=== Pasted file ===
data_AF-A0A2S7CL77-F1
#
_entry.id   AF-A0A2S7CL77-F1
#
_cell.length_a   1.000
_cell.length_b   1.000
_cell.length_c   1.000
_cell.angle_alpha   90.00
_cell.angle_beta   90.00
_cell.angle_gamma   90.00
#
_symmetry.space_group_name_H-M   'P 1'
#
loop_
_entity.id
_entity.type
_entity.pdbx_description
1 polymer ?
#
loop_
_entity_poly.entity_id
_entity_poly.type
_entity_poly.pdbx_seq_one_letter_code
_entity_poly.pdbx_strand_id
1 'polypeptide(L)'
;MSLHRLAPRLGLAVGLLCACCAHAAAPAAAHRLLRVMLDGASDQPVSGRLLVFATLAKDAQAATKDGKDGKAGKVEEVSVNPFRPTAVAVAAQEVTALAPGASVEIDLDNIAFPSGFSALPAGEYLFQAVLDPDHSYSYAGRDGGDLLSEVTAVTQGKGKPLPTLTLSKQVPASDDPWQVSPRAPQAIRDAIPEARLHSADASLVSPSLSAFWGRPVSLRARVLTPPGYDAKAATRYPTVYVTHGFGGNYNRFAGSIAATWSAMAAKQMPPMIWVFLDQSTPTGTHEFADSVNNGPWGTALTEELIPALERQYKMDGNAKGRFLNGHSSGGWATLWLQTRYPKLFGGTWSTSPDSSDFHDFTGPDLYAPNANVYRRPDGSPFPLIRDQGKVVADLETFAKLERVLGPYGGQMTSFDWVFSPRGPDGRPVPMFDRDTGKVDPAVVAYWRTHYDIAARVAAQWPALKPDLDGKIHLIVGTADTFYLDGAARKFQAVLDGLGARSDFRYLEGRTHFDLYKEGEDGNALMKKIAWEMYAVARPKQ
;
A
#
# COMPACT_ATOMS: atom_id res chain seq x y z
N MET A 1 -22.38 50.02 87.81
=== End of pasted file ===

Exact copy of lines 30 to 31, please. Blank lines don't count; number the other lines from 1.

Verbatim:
# COMPACT_ATOMS: atom_id res chain seq x y z
N MET A 1 -22.38 50.02 87.81